Historical Markers
Charles Demuth Historical Marker
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Charles Demuth

Hershey/Gettysburg/Dutch Country Region


Marker Location:
118 E. King St., Lancaster

Dedication Date:
November 8, 1983

Behind the Marker

Modern drawing of courthouse. Building is in the red foreground with white turret. There is a black water tower as the back ground image.
Lancaster (In the Province No. 2), by Charles Demuth, 1920.
The first American artist to embrace cubism, Charles Demuth (1883-1935) was able comfortably to pursue his career as a painter thanks to his family's income from Demuth's Tobacco Shop in Lancaster, Pennsylvania. Founded in 1770, it is today the oldest functioning tobacco store in the United States. The artist's home, next door at 120 E. King Street, is now the site of the Charles Demuth Foundation, which also serves as a museum of his works.

Lame, diabetic, and homosexual, Demuth studied at Drexel University and the markerPennsylvania Academy of Fine Arts with Thomas Anschutz. He visited Europe three times between 1907 and 1921, spending most of his time in Paris and meeting great modern artists such as Picasso, and writers including Gertrude Stein. While there, he illustrated books by Henry James, Emile Zola, and Edgar Allen Poe, among others.

Before the 1920s, when not in Europe, he lived most of the time in Provincetown and New York, where his watercolors chronicled the bohemian, avant-garde existence he followed. Like the French painter Toulouse-Lautrec, also a cripple, Demuth was attracted to cafes, the circus, and the theater, and painted many scenes of the entertainment world. In New York, he exhibited at Alfred Stieglitz's 291 Gallery.
Oil on canvas of a factory chimney paired with a round silo .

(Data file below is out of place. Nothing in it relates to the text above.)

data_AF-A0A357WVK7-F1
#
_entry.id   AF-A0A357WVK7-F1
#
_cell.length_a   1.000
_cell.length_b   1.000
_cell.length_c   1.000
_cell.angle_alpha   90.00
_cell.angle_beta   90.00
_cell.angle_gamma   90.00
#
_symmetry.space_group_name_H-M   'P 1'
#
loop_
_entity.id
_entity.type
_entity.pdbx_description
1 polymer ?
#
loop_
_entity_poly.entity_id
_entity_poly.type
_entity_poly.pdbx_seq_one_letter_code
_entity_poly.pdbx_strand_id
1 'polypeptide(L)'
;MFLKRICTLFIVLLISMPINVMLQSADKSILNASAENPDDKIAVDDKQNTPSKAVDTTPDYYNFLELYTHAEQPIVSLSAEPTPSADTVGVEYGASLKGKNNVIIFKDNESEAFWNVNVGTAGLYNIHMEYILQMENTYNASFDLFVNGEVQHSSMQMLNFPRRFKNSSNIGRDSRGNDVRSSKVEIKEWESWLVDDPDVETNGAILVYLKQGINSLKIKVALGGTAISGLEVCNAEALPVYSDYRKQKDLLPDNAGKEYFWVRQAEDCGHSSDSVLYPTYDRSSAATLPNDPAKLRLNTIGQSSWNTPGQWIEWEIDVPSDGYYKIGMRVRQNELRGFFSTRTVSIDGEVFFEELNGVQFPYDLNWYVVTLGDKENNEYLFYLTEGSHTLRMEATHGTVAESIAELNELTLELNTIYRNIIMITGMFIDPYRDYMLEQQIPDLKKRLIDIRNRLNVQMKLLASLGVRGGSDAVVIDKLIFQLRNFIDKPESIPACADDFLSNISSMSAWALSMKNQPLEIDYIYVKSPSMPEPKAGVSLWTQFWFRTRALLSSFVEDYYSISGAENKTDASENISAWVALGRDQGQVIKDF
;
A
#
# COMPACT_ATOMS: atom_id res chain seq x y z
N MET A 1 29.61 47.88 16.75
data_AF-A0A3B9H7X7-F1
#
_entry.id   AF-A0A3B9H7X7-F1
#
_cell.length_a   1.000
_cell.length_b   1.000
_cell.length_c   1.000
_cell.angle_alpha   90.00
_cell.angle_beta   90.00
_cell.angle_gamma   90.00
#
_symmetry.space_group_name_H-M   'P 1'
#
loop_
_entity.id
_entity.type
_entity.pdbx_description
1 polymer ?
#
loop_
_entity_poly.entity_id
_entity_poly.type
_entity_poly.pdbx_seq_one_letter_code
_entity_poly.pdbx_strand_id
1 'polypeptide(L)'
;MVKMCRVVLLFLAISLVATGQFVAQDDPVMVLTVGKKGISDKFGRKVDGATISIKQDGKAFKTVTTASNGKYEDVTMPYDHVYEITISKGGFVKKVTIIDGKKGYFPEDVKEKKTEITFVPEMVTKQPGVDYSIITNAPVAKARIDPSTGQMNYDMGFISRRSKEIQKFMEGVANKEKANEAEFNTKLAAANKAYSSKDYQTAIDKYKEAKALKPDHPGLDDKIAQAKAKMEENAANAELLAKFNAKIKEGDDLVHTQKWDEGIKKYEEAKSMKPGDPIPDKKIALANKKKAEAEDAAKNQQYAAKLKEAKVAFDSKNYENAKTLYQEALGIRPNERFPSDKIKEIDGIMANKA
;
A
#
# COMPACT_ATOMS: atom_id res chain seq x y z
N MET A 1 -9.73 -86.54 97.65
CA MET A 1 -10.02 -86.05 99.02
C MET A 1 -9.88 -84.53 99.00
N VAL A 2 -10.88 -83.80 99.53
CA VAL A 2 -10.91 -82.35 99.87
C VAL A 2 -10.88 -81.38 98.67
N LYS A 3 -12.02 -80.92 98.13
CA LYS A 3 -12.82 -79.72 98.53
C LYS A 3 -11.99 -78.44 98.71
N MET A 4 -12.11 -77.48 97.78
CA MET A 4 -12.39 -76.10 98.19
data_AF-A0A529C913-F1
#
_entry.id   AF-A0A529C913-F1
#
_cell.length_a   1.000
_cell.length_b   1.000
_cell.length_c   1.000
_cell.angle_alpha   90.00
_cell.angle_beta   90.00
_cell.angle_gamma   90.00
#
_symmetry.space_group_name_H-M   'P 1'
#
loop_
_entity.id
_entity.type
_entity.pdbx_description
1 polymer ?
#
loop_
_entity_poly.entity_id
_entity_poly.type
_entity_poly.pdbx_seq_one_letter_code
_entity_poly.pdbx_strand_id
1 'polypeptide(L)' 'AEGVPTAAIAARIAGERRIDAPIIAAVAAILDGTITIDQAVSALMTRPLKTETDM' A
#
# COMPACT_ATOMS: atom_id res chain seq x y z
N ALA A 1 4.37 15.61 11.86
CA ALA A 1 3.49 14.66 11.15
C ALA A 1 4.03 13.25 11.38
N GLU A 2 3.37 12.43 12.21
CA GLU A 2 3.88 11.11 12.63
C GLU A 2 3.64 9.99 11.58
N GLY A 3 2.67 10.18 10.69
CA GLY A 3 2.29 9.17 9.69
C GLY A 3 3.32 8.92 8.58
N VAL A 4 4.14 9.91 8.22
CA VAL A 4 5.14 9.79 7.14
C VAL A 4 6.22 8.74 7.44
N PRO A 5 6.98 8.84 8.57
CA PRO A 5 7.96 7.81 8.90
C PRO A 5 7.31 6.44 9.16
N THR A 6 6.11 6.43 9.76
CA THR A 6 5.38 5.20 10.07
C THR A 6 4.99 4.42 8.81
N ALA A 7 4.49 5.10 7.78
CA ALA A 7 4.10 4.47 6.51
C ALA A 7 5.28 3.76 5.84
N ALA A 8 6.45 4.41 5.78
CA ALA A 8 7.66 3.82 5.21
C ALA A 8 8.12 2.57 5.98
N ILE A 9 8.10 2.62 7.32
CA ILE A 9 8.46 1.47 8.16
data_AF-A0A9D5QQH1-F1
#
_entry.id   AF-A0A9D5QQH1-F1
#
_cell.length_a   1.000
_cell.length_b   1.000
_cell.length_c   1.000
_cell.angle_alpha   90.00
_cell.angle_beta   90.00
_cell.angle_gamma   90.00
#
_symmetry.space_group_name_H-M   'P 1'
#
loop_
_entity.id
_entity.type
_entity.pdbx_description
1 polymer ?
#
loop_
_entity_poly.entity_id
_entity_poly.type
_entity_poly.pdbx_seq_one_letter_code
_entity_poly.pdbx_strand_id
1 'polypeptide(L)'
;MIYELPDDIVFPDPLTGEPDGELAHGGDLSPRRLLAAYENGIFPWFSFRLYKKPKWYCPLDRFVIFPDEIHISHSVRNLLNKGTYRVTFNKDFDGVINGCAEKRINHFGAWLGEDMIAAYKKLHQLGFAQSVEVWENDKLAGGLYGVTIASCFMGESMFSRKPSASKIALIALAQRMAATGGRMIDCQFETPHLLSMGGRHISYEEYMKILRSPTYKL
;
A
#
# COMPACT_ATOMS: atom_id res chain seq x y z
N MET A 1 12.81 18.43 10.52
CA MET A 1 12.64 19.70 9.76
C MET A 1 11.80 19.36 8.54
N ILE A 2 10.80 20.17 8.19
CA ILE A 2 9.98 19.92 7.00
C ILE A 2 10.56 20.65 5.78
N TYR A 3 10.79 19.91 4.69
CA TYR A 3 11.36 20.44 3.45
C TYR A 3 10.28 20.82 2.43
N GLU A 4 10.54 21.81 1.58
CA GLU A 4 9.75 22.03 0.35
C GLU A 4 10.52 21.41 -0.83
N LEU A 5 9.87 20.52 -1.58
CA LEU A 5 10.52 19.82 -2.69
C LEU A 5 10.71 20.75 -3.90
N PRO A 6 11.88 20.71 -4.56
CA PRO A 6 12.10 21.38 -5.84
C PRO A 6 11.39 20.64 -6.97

Aucassin and Nicolette, by Charles Demuth, 1921.

Like his fellow modernist and friend Marcel Duchamp - the wing devoted to Duchamp is one of the glories of the Philadelphia Museum of Art - Demuth worked in several styles. His water colors were mostly still lifes and sketches of people in a fairly traditional impressionist style. A series of posters honoring other artists and writers - which he left to his friend Georgia O'Keefe - reflect his wit, the appreciation of his contemporaries, and a possible tribute to Toulouse-Lautrec's contribution to that genre. Most famous of these is the poster for writer William Carlos Williams, a close friend, The Figure Five in Gold (1928). The most famous of Demuth's works, this cubist abstract he based upon a poem, "The Great Figure," that Williams wrote about a New York City fire engine.

"Among the rain
and lights
I saw the figure 5
in gold
on a red
to gong clangs
siren howls
and wheels rumbling
through the dark city."

It is unclear whether an injury or disease damaged Demuth's hip as a child, but by 1921 he was bedridden and forced to retire to Lancaster, where his mother Augusta tenderly cared for him in a second-floor studio in the family home overlooking her garden, another subject of his works. Confined to a provincial environment he disliked, Demuth then produced his best known series of works, his industrial landscapes. The most famous is My Egypt (1927), in which his stark depiction of a grain elevator in Lancaster evokes the land of slavery out of which the ancient Hebrews escaped. It also links the elevators with death and the Egyptian tombs being excavated in the 1920s, an era when Egyptian style architecture (see, for example, the Barnes Foundation in Lower Merion) was in vogue. Another well-known painting of two factory smokestacks he whimsically titled Aucassin and Nicolette (1921) after famous medieval lovers.

Yet a third theme of Demuth's work was homosexuality: he painted many scenes of same-sex lovers, most notably his Turkish Bath with Self-Portrait (1918) in which he appears as a nude figure with two others. Many of his works on this theme only became known in the 1980s as the gay rights movement flourished. When Demuth died, he left his Lancaster partner Robert Locher his watercolors and works on homosexual themes.

Open to the public, the Demuth Museum in Lancaster maintains Charles Demuth's home as a museum and art gallery, and preserves the adjacent eighteenth century buildings that belonged to the Demuth family for five generations.

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